At the moment there is an obsession with mineral resources and there are resources that end up left aside: we have a lot of land and the need to feed not only ourselves but also the entire world, and we believe an investment in agriculture in Mozambique can help in answering Mozambique’s own internal needs and transform our country into a breadbasket.
Mozambique is at a very early stage with regards to industrialisation. All the potential areas for investment need a major financial push, these are the areas in which foreign private investment can make the difference; we can provide the human resources to answer our own internal demands.

The dream of Samora was to bring about a second independence and according to President Guebuza, we are on the road to achieving it. Speaking about the next 10 years, what does it mean to get closer and closer to achieving a second independence?

The fight for national liberation is the beginning of Frelimo. In 1964 the party had freeing the land and the people as its main objective. We freed the land: Mozambique is an independent country. We now need to liberate people from poverty, from illness, from dependence on others, and create a base in such way that our children wake up with basic needs covered and they can look to the future with more hope.
We free the people so that Mozambicans can speak with their heads held high and can relate to others, all across the globe, as equals – not only as a recipient country, but rather an active participant in global development.

Finally Prime Minister, the world is saying that the 21st century belongs to Africa; it belongs to women and belongs to entrepreneurs in emerging markets. What will be the role of the most important asset that this country has: its women?

Women are a priority without a doubt. Our Government has a framework in place called “Program for the Liberation of Women” which already derives from the times of the fight for national liberation in which it was defined that the liberation of women is not an act of charity but rather a duty; it does not result from a humanitarian and compassionate position, as President Samora used to say. Instead, the liberation of women is a fundamental condition for the triumph of the revolution; we cannot liberate a country in which more than half of the population end up being victims of oppression in their own homes and society.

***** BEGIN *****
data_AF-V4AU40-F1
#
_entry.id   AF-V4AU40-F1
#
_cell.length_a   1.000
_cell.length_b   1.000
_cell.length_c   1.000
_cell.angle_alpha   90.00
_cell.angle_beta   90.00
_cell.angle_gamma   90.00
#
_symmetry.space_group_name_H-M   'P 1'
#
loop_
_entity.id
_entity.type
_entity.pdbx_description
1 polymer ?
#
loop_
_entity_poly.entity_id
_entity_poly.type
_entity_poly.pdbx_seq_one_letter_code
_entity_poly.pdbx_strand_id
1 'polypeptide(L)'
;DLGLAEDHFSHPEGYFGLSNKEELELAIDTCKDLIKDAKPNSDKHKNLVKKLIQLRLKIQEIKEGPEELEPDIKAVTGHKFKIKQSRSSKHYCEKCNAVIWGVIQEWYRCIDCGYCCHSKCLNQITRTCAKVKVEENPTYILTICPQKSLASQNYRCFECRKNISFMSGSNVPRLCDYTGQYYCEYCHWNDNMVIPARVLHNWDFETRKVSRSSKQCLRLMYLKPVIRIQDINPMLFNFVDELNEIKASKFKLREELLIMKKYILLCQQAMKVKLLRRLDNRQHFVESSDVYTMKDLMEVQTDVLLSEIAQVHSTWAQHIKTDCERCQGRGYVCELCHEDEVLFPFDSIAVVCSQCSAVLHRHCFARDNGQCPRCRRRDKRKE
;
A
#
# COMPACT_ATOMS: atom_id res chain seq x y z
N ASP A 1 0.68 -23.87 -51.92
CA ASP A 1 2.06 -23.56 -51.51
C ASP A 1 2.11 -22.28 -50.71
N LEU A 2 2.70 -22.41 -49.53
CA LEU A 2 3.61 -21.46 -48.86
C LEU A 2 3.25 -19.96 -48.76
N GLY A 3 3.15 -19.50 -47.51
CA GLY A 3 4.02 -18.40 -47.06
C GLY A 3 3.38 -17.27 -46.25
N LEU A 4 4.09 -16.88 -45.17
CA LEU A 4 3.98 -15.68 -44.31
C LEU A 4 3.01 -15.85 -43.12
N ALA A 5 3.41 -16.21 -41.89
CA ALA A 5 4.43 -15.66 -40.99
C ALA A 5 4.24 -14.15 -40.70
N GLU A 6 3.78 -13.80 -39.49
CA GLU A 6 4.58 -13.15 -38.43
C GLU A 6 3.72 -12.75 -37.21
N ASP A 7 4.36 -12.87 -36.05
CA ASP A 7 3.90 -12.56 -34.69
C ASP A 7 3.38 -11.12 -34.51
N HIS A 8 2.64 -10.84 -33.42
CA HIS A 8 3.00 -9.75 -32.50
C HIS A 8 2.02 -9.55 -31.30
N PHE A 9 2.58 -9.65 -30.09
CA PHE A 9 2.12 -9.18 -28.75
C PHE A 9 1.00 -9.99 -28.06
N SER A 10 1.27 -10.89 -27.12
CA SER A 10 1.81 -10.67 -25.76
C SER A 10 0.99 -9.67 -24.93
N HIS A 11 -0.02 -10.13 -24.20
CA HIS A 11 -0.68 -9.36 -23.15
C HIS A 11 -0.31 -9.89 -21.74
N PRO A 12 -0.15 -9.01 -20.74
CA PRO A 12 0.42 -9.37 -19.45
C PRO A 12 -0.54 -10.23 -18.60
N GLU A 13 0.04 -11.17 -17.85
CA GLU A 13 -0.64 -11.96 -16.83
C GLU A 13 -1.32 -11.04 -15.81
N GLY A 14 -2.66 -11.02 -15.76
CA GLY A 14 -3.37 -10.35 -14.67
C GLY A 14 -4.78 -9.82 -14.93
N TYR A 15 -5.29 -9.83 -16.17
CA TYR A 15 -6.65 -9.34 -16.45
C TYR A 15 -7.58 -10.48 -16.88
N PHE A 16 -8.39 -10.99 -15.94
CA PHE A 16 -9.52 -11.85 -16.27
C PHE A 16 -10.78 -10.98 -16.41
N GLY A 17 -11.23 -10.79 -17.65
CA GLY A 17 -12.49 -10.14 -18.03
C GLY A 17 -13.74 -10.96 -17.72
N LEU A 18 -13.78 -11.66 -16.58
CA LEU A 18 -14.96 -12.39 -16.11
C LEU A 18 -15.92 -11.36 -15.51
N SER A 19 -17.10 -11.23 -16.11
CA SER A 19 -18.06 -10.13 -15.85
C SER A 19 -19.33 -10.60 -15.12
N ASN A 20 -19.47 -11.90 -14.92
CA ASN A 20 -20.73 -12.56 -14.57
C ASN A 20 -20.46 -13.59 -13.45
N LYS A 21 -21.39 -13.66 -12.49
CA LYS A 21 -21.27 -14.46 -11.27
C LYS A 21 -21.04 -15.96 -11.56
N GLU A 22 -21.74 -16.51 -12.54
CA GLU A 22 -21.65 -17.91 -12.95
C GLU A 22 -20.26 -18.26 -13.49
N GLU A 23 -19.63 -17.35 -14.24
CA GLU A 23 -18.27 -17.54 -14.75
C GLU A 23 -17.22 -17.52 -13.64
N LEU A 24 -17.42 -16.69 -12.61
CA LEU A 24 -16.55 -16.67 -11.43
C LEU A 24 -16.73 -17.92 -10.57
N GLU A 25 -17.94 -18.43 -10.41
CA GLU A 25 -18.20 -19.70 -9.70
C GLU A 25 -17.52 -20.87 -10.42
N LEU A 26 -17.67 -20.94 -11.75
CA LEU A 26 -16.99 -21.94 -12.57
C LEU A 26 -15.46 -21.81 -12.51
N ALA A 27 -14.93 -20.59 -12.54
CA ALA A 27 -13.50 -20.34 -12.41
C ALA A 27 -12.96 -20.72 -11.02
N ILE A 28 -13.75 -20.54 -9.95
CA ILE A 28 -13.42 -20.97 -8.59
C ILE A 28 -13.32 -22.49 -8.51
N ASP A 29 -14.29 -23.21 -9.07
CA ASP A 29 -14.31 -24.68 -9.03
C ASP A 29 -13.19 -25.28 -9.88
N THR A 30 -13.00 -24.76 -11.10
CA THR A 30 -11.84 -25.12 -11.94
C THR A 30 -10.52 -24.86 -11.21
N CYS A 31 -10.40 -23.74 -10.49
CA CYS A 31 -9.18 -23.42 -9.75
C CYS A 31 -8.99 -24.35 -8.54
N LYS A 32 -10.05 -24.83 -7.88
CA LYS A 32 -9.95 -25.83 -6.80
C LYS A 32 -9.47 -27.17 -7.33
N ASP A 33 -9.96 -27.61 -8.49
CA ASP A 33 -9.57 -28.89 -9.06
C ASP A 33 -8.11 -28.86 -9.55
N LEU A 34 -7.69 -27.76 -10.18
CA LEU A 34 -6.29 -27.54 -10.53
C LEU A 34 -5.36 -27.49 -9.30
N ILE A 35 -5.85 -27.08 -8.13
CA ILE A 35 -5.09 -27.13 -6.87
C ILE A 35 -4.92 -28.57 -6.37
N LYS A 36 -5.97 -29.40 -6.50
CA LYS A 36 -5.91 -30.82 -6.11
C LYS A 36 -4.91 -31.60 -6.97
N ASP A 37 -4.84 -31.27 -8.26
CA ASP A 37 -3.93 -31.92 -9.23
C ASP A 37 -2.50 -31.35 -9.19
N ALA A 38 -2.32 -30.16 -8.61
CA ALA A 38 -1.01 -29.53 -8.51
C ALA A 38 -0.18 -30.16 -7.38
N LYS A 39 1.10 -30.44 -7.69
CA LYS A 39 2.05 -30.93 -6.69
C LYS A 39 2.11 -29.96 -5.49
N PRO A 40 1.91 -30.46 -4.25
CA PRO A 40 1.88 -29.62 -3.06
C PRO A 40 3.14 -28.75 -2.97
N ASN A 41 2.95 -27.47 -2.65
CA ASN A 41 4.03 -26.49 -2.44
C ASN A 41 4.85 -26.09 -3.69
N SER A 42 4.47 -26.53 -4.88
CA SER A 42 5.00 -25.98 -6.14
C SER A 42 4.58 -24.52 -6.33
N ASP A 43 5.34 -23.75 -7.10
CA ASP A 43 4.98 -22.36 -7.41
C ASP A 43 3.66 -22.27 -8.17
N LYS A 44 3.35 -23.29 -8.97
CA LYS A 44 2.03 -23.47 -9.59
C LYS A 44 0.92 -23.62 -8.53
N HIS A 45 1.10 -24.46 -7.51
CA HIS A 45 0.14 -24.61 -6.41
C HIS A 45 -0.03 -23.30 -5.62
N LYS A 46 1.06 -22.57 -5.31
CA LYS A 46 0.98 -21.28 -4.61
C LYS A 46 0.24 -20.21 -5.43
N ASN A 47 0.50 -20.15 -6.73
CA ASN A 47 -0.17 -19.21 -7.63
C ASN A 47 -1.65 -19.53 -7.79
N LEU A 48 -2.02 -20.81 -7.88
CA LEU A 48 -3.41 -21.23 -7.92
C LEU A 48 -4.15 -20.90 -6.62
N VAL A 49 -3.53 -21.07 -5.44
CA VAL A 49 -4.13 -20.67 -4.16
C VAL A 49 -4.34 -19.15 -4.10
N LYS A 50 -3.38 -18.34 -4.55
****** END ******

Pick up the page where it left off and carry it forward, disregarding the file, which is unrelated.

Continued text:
The matter regarding the education of a girl comes in our managing the initiative as a key program, because as a philosopher once said: to educate a man is to educate an individual, but to educate a woman is to educate a society. There are studies showing that if in a marriage only the man has been educated, there are no guarantees that their kids will go to school. However, if the woman is the one who has been educated, the probability that all her children will go to school is much higher. So with that in mind, we already know where to start, or where to continue, which is by empowering women and giving women more opportunities.
I have worked as manager at several levels and the type of seriousness and commitment to challenges varies with gender. Normally, women are more committed to the causes, since the majority of their income goes towards the wellbeing of their family, whilst with men it is not always verified, this commitment in lieu of the wellbeing of the family.